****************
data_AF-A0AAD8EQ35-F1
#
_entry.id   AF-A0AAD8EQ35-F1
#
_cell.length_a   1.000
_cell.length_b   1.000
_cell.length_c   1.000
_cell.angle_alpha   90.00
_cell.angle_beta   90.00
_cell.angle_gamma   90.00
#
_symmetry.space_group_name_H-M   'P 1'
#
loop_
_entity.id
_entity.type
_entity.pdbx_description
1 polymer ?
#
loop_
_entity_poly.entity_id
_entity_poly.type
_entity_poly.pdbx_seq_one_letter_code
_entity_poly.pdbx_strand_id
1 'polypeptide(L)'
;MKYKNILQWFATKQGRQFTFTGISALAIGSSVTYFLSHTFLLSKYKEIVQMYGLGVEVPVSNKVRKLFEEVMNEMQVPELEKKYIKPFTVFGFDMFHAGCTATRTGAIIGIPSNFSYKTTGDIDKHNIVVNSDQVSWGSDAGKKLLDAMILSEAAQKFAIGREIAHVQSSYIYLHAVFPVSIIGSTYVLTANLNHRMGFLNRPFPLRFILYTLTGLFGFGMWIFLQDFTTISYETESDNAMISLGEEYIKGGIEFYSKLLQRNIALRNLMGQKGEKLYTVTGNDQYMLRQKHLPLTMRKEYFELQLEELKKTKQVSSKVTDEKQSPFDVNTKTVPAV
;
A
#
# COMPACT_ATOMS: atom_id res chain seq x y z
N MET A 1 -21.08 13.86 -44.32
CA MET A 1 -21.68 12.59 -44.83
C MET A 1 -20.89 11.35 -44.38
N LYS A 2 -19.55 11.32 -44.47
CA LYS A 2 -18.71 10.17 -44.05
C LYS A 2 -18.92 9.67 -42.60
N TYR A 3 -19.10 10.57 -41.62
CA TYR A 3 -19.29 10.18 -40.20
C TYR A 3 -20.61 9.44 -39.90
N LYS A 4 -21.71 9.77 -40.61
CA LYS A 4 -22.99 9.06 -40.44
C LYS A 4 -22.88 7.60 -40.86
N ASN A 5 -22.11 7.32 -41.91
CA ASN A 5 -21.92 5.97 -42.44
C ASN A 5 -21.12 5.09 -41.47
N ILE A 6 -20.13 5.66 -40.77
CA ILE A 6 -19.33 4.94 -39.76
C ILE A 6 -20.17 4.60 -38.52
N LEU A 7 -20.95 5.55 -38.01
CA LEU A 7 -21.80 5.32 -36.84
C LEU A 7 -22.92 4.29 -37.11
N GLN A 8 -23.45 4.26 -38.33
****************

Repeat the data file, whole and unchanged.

data_AF-A0AAD8EQ35-F1
#
_entry.id   AF-A0AAD8EQ35-F1
#
_cell.length_a   1.000
_cell.length_b   1.000
_cell.length_c   1.000
_cell.angle_alpha   90.00
_cell.angle_beta   90.00
_cell.angle_gamma   90.00
#
_symmetry.space_group_name_H-M   'P 1'
#
loop_
_entity.id
_entity.type
_entity.pdbx_description
1 polymer ?
#
loop_
_entity_poly.entity_id
_entity_poly.type
_entity_poly.pdbx_seq_one_letter_code
_entity_poly.pdbx_strand_id
1 'polypeptide(L)'
;MKYKNILQWFATKQGRQFTFTGISALAIGSSVTYFLSHTFLLSKYKEIVQMYGLGVEVPVSNKVRKLFEEVMNEMQVPELEKKYIKPFTVFGFDMFHAGCTATRTGAIIGIPSNFSYKTTGDIDKHNIVVNSDQVSWGSDAGKKLLDAMILSEAAQKFAIGREIAHVQSSYIYLHAVFPVSIIGSTYVLTANLNHRMGFLNRPFPLRFILYTLTGLFGFGMWIFLQDFTTISYETESDNAMISLGEEYIKGGIEFYSKLLQRNIALRNLMGQKGEKLYTVTGNDQYMLRQKHLPLTMRKEYFELQLEELKKTKQVSSKVTDEKQSPFDVNTKTVPAV
;
A
#
# COMPACT_ATOMS: atom_id res chain seq x y z
N MET A 1 -21.08 13.86 -44.32
CA MET A 1 -21.68 12.59 -44.83
C MET A 1 -20.89 11.35 -44.38
N LYS A 2 -19.55 11.32 -44.47
CA LYS A 2 -18.71 10.17 -44.05
C LYS A 2 -18.92 9.67 -42.60
N TYR A 3 -19.10 10.57 -41.62
CA TYR A 3 -19.29 10.18 -40.20
C TYR A 3 -20.61 9.44 -39.90
N LYS A 4 -21.71 9.77 -40.61
CA LYS A 4 -22.99 9.06 -40.44
C LYS A 4 -22.88 7.60 -40.86
N ASN A 5 -22.11 7.32 -41.91
CA ASN A 5 -21.92 5.97 -42.44
C ASN A 5 -21.12 5.09 -41.47
N ILE A 6 -20.13 5.66 -40.77
CA ILE A 6 -19.33 4.94 -39.76
C ILE A 6 -20.17 4.60 -38.52
N LEU A 7 -20.95 5.55 -38.01
CA LEU A 7 -21.80 5.32 -36.84
C LEU A 7 -22.92 4.29 -37.11
N GLN A 8 -23.45 4.26 -38.33